When launching or relaunching your law firm’s web presence, we believe the design and development of a great site must for starters include:

  • Background, interviews and research. Developing unique positioning in the legal web space is critical. What do you do best that you competitors either don’t do — or don’t do well? To that end, we’ll interview partners, associates, prospects and clients. This helps distill where your firm sits on the competitive landscape.
  • Positioning. What has the above told you that can be crafted into your website’s “elevator pitch”?
  • Careful sitemap. Review your site traffic logs in order to add insight into crafting an effective sitemap that allows visitors to find the pages they want quickly.
  • Effective wireframes. Is everything you need on the page? Do not forget Social networking tools.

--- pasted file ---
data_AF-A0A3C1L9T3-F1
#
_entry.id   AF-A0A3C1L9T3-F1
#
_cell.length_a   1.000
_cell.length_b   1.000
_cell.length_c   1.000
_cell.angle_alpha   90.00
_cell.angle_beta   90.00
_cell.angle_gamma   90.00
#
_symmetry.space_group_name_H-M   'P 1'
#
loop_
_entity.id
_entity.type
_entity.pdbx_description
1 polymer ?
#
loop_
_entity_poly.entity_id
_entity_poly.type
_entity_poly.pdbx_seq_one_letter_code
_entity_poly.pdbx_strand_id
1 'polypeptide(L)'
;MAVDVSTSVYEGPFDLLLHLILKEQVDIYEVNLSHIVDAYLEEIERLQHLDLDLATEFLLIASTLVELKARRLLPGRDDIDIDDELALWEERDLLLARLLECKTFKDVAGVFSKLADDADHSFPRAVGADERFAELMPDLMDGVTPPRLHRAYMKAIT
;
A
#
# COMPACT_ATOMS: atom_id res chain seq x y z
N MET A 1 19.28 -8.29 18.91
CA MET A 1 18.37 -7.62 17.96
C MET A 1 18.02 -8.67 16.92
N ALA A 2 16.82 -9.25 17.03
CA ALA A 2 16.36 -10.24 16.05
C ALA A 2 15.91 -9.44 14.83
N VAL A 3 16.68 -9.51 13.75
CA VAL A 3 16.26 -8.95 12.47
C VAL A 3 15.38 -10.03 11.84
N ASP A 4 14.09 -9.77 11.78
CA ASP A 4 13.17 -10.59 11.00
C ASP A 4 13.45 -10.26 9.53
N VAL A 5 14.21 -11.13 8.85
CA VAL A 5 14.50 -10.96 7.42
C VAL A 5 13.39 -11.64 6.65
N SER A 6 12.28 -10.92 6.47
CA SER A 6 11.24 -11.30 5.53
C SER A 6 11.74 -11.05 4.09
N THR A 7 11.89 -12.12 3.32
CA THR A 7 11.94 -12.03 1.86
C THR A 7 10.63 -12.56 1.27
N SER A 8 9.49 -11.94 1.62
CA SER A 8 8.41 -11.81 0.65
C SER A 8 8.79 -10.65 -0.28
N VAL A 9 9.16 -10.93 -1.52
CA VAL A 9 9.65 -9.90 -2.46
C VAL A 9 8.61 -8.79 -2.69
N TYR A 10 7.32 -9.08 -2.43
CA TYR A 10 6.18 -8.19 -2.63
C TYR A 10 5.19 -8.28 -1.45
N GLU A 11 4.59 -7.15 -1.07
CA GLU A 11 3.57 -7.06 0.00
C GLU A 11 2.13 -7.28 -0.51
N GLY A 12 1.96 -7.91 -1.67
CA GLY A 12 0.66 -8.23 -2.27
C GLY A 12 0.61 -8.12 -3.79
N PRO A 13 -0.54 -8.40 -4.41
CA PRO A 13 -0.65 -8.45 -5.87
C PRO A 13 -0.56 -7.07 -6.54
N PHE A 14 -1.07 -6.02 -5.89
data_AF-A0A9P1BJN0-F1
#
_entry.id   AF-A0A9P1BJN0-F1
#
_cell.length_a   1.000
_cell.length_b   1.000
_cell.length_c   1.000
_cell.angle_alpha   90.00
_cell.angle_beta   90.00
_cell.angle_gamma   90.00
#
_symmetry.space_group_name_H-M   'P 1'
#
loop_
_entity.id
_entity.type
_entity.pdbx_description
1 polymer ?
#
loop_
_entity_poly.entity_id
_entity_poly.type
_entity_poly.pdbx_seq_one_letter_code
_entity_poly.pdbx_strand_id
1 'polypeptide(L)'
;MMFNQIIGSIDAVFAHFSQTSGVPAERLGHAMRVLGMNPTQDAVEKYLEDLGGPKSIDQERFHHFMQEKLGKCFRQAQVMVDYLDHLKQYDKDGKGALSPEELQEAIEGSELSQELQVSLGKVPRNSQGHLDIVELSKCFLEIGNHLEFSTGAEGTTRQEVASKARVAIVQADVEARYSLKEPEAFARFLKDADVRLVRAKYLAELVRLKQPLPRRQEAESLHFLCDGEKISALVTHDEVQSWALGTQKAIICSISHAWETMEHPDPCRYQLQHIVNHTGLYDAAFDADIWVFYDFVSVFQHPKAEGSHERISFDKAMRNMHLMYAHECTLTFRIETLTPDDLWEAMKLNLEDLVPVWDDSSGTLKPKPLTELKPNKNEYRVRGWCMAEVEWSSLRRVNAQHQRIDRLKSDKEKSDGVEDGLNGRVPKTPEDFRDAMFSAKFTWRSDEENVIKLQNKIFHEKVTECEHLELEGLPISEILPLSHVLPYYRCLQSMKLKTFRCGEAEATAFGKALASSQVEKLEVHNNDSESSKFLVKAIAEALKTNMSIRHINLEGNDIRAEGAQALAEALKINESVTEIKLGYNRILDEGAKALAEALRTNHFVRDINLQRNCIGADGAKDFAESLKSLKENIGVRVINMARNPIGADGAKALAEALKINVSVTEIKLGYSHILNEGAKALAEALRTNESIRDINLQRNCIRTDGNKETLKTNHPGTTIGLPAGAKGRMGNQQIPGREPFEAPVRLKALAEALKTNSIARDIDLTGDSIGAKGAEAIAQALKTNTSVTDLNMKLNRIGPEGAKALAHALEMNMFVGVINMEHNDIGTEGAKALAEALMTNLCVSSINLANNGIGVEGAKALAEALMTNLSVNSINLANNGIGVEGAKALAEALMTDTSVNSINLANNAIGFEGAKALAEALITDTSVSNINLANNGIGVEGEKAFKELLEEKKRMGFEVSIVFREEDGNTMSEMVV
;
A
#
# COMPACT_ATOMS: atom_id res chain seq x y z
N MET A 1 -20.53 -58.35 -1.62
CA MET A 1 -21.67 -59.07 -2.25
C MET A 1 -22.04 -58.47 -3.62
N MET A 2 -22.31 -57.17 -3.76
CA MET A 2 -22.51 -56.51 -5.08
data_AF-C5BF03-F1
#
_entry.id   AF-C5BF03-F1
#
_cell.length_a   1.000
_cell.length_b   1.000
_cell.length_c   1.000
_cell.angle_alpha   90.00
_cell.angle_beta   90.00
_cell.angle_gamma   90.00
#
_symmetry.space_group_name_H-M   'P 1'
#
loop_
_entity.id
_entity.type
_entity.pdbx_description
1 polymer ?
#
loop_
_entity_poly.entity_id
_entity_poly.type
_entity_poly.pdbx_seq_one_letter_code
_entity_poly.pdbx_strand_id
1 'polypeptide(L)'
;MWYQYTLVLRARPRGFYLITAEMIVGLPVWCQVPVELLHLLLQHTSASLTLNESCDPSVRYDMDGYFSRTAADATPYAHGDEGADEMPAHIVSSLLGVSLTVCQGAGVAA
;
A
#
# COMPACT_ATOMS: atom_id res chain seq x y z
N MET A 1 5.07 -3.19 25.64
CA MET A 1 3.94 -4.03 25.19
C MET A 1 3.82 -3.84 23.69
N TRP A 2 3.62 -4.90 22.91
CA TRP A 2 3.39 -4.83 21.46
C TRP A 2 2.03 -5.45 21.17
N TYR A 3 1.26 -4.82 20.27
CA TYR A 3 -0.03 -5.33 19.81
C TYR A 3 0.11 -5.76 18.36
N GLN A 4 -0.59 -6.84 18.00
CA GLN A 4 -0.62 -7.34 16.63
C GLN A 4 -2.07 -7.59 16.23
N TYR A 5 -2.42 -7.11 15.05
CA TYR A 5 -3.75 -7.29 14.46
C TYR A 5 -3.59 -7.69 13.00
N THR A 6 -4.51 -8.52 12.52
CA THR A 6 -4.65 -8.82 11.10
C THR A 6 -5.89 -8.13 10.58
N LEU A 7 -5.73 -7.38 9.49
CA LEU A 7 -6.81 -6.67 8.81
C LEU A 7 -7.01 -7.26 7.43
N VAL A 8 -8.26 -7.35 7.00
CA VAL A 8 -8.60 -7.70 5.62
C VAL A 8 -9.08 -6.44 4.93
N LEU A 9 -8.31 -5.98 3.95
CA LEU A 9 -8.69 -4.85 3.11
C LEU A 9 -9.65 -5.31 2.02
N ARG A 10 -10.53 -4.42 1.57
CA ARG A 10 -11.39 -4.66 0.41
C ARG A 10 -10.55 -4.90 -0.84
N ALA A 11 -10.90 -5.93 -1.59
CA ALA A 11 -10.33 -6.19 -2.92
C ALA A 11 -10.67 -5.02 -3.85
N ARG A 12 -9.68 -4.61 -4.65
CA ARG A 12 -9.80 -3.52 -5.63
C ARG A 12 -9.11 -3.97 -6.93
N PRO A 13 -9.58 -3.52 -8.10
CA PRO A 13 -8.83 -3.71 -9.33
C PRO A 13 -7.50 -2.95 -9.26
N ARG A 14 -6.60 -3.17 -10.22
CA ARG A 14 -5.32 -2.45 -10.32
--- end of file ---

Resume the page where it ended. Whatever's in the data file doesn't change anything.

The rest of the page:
• Unique graphic design with attention to your brand, including the right imagery, fonts, colors grids and technologies. Try to steer clear of Flash™ except for that rare timeline or special section. The future is HTML5.
  • Social networking plan. Think it through. Facebook, Twitter, Google+ and others.
  • Forward facing technologies. Will your site view well on mobile devices, tablets of varying sizes, netbooks and overseas? Do you want a dedicated mobile or tablet site?
  • Back-end tech integration. Carefully think through what you want to integrate with your web back end such as case and matter databases, HR systems, proposal generators and extranet services.
  • Content “voice”. Make sure your site has a voice that is consistent and clear. Establish writing and editing guidelines.
  • Clear communication across Marketing partners, stakeholders, developers, PMs and designers.
  • Establish real-world deadlines to avoid mission creep.
  • Test, test, test. Don’t skimp on the time to review the site carefully before you publish it to the world.

Screen Quality of Acer Iconia and T-Mobile G-Slate Tablets

Published on May 1st, 2011 by Jeff Yerkey

Acer Iconia and T-Mobile G-Slate Android Tablets